Indie Comics Spotlight: The Black Sable #1, Scales & Scoundrels #1, and Lazaretto #1

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By: Jonathan Pilley (@omnicomic)

The Black Sable #1




“Now it and my crew…are some of the most notorious pirates on this side of the galaxy.”

Sailing the high seas as a pirate is so 17th century. The new hotness is traversing the cosmos in search of corporate transports to be robbed and plundered. Zenescope seems to agree and offer up a new take on the concept in The Black Sable #1. The issue is written by Joe Brusha, illustrated by Sergio Ariño, colored by Dijjo Lima, and lettered by Kurt Hathaway.

One hundred years in the future the “age of pirates” has returned as mankind reaches out for the stars. Schooners have been replaced by star ships and these pirates wield space age weaponry, but they are as bloodthirsty and ruthless as their predecessors were centuries before them. Experience a new universe of swashbuckling action and adventure in the vast reaches of space!

Brusha knows what makes a good space sci-fi and all of those characteristics are on display in The Black Sable #1 – that being said, nothing about the issue feels particularly original. The issue sets up the main character in Black Sable and from there, Brusha basically writes a script that hits all the space sci-fi high notes. There’s a heist that’s upended by morality, a major corporation that makes an easy target for pirates, an “off-world” location where pirates gather and rival pirate factions. All of this plays out the way you’d expect as Brusha doesn’t really leave much room for something new. And the number of characters Brusha introduces in the issue is somewhat dizzying and makes it slightly difficult to keep up with who’s who and faction alignments.

Ariño’s style for the book is pretty simple. The characters are illustrated in a way that takes the concept of pirates and sets them in space as many of the characters sport familiar pirate trappings. Ariño does illustrate quite a few crowd shots pretty well where the reader gets a sense of the mayhem unfolding during a pirate raid. There are some instances where Ariño focuses on a particular character’s head and shoulders as a means of introducing that character to the reader. Lima’s colors are pretty straightforward and populate the book with the typical reds/greens/blues.

The Black Sable #1 is a very ambitious book that is pretty obvious with what genre it’s inspired by. The Black Sable as a lead character is likable enough, but there’s really nothing about her that fans of the space western/pirate genre haven’t already seen. Brusha’s approach does set up plenty of players to interact with one another and the hope is that as the series unfolds things will get more complex as their paths cross. Ariño’s artwork is a good fit for the tone of the story as it adds a bit of pirate levity to space. The Black Sable #1 has a lot of good intentions and whether or not they’re realized remains to be seen.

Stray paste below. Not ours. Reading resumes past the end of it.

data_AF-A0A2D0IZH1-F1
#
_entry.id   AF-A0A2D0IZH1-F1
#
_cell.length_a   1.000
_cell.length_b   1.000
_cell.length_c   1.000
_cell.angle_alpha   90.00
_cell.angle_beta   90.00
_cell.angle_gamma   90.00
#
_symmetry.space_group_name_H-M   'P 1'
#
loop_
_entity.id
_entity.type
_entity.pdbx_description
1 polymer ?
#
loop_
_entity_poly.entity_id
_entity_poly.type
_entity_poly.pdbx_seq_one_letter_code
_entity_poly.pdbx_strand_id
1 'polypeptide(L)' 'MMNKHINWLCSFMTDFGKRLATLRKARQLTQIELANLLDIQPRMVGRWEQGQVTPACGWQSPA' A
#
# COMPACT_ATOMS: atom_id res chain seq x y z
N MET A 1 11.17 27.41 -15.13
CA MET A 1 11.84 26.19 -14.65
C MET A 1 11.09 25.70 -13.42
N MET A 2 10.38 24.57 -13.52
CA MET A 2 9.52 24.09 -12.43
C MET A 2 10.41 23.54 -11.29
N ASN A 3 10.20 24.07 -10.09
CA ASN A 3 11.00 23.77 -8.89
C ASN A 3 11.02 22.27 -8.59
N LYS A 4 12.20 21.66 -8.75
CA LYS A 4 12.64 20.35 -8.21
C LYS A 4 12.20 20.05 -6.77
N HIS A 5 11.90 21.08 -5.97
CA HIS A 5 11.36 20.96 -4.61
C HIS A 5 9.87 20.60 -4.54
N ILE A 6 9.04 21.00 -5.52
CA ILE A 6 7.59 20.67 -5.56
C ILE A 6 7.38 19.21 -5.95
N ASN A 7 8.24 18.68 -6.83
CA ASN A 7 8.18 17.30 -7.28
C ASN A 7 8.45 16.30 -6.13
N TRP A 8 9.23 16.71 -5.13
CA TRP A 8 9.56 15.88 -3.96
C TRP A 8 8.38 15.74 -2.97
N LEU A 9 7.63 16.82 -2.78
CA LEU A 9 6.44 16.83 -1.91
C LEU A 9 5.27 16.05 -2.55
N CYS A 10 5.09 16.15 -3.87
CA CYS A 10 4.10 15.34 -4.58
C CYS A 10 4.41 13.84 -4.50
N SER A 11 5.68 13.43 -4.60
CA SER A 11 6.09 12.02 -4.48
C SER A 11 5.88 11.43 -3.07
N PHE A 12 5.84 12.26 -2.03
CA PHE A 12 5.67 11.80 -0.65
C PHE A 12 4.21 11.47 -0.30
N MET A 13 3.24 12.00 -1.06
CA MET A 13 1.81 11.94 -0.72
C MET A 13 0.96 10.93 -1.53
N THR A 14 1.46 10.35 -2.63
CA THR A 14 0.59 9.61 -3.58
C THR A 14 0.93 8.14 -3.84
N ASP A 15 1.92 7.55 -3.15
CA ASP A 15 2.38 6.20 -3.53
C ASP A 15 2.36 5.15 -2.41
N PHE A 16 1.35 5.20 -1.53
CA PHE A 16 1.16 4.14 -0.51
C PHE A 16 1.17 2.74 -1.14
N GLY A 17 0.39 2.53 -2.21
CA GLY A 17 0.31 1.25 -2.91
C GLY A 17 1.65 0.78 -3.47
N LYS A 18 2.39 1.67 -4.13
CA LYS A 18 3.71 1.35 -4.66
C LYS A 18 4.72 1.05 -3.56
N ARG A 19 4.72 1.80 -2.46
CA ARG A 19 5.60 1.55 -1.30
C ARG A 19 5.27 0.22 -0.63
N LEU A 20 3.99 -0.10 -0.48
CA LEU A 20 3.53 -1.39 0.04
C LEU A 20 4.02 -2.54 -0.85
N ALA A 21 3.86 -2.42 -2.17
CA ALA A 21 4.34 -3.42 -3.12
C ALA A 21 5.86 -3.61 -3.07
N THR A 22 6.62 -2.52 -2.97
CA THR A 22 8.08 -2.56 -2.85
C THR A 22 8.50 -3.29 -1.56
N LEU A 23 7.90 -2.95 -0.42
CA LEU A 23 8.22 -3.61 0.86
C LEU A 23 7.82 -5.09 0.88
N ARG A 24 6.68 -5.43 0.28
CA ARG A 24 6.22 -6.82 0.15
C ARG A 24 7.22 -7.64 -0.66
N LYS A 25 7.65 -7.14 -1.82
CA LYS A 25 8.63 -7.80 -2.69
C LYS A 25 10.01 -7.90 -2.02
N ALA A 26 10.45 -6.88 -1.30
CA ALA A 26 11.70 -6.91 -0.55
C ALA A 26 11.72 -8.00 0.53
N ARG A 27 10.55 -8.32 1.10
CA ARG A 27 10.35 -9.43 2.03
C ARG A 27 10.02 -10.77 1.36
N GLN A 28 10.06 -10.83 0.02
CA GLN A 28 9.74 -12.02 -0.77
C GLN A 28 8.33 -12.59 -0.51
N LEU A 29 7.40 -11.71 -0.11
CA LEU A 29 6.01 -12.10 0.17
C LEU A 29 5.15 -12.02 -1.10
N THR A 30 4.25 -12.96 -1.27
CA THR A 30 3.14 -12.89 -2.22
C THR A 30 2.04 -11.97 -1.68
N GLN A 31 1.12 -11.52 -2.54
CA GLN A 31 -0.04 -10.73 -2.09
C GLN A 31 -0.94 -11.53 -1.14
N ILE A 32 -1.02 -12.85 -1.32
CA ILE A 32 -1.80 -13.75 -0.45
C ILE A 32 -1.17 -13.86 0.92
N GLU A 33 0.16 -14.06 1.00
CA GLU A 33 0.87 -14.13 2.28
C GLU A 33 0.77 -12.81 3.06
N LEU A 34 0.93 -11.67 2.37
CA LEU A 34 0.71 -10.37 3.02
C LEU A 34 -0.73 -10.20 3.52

The Black Sable #1 is available now.

Scales & Scoundrels #1




“You lousy cheat!”

When faced with a scenario where your city is being pillaged by knights, there are very few options. Things get even worse when a dragon burns all your grain stores. Fortunately for most, those scenarios typically only play out in games, but they’re fairly close to being reality in Scales & Scoundrels #1 from Image Comics. The issue is written by Sebastian Girner, illustrated by Galaad, and lettered by Jeff Powell.

It’s hard to make an honest living in a land brimming with magic and mystery, and treasure hunter Luvander is tired of being a penniless adventurer. Ever in search of gold and glory, she sets off for a fabled dungeon, “the Dragon’s Maw,” an ancient labyrinth, at the bottom of which slumbers endless wealth…or certain doom! But what starts out as a road to riches becomes the first step on an epic journey to destiny, for Luvander holds a secret in her heart that will shatter the chains of fate and bring light to a world encroached upon by an ancient darkness.

Girner knows what makes a great high-fantasy tale and ensures that all of it is on display in Scales & Scoundrels #1 as Luvander lies, cheats, and steals her way to a living. Despite the possibility of falling into familiar territory as far as fantasy goes, Girner works in a rather fast-paced narrative that hews more closely to a flat-out adventure. What’s equally impressive is Girner’s seeming wink and nod at the genre itself, starting with the card game Luvander is conning the others in at the beginning. There’s a good sense of mystery that spins out from that game about Luvander and what she’s really about – that mystery persists to the last page as well. The book works so well because Luvander has such an engaging personality as Girner ensures that she’s always front and center throughout.